I didn't mean to go dark—I really didn't. You'd think that I'd be cranking out blog posts from here in my hospital room. But for some reason, I've been stuck. Still, Mamadhi's been calling me to write, so I'm finally answering.
First, let me quickly catch you up on our family's recent sequence of events:
- Jeff had robotic mitral valve surgery on his heart on February 8th. The surgery was a great success, and he was released 5 days later.
-One day after he was released, I had my 24 week appointment with my perinatal doctor and was placed on strict bed rest at home.
-Three weeks later, on a Saturday, Jeff started to feel "off". He was dizzy, lightheaded and unusually fatigued. The following Monday he was admitted to Piedmont Hospital for atrial fibrillation. On the same day, I had another scary perinatal appointment—I was showing signs of preterm labor—and I was admitted to Piedmont as well.
Jeff and I were both at Piedmont Hospital for three days before he was released. I stayed on, and two weeks later, I'm still here. I had another blog post in the works describing our experience with Jeff's surgery when this madness ensued. I really don't know how to sufficiently describe how frightening and emotional these last few weeks have been. And how much I've missed Vivienne. And how terrified I've been that these twin boys will come far, far too early. And how worried I've been that Jeff will have other heart complications, or exhaust himself with working and being Mr. Mom.
The nurses were fascinated by our little family's drama: "Really? You both were admitted here on the same day?" they'd ask, incredulous. Jeff was in true form when he was here, a mere 1 floor above me. His nurses told him he couldn't come down and visit me because of his heart monitor, but he snuck down here anyway and told the nurses that he was going for a walk.
More than once, he walked in my hospital room with a proud grin on his face and announced, "I snuck out. Do you have any of those cookies for me?"
Little moments like that helped us get through our own little private hell. That, and daily visits from Vivi. She comes everyday and bursts in my hospital door, saying. "MOMMY! HI MOMMY! MOMMY LAY DOWN NOW." The first time she came to visit me, I'd gone two days without seeing her and I was desperate to lay eyes on her. When our nanny brought her in, Vivi stared at me without saying a word. She didn't smile, but she didn't cry, either.
"Hi, Vivi! Mommy missed you so much!" I said, trying not to melt down and scare her. "Can you come up here and give Mommy a big hug?"
Then, magically, she climbed up on my bed and into my arms— and held on to me for a good twenty-five minutes while I cried all over her. Every once in a while she'd look up at me and softly say, "Mommy." In that moment, I was propelled back two years in time to when she was first born in the very same hospital. I vividly remembered when they laid her on my chest and she looked directly into my eyes for the first time. Here, in this parallel universe, with her little arms grasping my neck and her occasional glances up at me to make certain that mommy was really here, I was reduced to a messy, sniffling puddle.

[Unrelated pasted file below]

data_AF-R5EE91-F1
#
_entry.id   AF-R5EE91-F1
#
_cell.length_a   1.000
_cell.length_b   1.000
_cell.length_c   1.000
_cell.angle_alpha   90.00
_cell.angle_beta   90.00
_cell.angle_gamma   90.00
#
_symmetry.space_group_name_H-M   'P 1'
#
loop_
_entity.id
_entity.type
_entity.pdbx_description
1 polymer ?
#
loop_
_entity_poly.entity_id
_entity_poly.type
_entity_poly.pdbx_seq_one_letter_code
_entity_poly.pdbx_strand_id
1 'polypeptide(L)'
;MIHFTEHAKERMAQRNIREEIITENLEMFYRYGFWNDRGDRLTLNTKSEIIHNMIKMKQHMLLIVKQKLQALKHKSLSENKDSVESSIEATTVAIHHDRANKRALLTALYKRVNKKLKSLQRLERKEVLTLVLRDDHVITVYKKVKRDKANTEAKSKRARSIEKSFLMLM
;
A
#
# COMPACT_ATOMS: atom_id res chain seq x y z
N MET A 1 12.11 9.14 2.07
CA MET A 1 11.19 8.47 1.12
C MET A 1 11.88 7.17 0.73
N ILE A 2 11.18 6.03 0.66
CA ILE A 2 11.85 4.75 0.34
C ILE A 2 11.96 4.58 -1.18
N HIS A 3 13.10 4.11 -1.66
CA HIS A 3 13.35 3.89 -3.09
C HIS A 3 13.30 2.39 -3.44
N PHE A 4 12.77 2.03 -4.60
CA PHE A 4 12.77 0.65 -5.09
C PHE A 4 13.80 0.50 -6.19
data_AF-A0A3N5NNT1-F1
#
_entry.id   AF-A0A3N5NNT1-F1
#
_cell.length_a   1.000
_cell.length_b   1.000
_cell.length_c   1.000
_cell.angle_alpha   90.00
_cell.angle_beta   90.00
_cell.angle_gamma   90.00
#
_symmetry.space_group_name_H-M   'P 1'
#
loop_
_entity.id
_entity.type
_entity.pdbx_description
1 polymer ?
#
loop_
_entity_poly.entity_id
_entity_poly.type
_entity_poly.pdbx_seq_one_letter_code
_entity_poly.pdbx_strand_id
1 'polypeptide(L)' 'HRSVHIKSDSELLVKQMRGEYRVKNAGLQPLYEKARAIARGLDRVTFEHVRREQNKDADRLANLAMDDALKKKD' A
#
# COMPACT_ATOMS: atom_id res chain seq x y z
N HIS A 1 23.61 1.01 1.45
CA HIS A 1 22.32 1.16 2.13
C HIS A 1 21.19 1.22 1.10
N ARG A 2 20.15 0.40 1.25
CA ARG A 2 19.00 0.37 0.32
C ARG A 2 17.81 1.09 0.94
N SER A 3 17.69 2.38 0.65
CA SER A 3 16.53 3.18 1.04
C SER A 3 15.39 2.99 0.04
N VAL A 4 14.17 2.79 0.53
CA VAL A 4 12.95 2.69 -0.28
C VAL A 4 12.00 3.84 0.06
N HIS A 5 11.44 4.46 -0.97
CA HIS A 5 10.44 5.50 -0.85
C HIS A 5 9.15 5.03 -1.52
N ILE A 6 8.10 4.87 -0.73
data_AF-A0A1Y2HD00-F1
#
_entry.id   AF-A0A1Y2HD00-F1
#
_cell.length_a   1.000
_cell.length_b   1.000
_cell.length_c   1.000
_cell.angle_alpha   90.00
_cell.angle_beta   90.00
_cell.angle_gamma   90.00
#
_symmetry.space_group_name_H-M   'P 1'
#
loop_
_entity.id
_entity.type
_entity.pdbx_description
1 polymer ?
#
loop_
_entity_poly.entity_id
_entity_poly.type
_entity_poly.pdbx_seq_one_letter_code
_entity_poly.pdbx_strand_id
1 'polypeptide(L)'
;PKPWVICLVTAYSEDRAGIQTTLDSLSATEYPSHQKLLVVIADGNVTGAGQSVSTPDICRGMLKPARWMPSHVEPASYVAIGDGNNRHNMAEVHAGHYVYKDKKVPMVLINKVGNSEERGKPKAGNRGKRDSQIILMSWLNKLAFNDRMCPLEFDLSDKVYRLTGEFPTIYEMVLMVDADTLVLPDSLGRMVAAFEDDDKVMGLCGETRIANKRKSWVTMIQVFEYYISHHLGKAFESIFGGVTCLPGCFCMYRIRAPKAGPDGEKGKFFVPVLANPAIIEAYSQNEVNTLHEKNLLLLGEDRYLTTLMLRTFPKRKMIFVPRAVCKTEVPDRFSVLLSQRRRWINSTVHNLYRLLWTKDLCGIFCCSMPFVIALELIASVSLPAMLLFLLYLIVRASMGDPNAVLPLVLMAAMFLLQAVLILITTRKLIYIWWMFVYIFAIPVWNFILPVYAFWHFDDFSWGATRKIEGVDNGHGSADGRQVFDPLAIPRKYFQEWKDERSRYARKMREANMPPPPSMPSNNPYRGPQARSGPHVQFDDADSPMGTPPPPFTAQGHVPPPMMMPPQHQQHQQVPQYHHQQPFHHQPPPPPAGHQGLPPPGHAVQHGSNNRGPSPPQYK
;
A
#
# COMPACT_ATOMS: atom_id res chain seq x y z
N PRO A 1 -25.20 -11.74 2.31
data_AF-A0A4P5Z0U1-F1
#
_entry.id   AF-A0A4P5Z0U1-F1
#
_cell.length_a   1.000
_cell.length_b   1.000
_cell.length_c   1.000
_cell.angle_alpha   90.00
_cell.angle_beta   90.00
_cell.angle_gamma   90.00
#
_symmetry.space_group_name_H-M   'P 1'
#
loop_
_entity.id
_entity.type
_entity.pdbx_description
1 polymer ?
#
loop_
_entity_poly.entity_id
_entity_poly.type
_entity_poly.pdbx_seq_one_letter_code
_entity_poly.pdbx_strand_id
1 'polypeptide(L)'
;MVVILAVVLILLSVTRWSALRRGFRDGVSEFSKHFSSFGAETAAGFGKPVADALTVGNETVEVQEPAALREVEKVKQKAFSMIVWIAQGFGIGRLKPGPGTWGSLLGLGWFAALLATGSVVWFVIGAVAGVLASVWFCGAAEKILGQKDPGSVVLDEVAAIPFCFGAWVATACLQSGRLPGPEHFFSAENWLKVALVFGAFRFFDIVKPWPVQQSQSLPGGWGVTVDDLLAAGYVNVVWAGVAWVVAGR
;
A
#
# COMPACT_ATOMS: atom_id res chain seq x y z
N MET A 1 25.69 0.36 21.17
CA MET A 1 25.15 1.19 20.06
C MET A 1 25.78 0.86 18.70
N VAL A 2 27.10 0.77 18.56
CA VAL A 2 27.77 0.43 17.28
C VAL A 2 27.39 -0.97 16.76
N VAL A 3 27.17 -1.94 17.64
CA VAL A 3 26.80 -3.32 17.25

Of course, now she's used to me being here, and when she comes in it goes like this: I get a quick hug—then she's off and diving into the pile of toys and books we keep for her in the hospital room. These little fixes—these much anticipated visits from her and daddy are what keep me going.
I'll back up a moment to explain why I'm still here. Last week I was feeling confident that they might let me go— I wasn't having any major contractions and I was feeling pretty good. My perinatologist asked me a series of questions, seeking assurance that I would stay on "true bed rest" if they let me go. I told her I'd do my best and do everything in my power to maintain the same level of "bedrestiness" that I had here at the hospital. She seemed relatively convinced, but then mentioned she wanted to do a quick cervical check. That was when she discovered I was 2 cm dilated.
"I'm so sorry, but you're not going anywhere, Molly."
And so here I am. I have to say, it feels really good to break my blogging silence and finally write it all down. I know these sorts of complications can be fairly common when you're carrying twins—or multiples for that matter, but I had no idea how hard this would be. It helps to lurk on forums and read about all the women going through the same thing. My friends and family have also been an incredible source of support.
Most importantly, it helps to know that our little twin boys continue to be healthy and strong—and as of today, both are over 3 pounds! I'm powering through each milestone, and next week I'll be 30 weeks...that's a big one. I know that every day I'm in here will be one less day our babies are in the NICU, and I try and bear this in mind when I want to start throwing things.
In the meantime, I'm going to give Mamadhi some more love and keep telling you about operation keep babies in.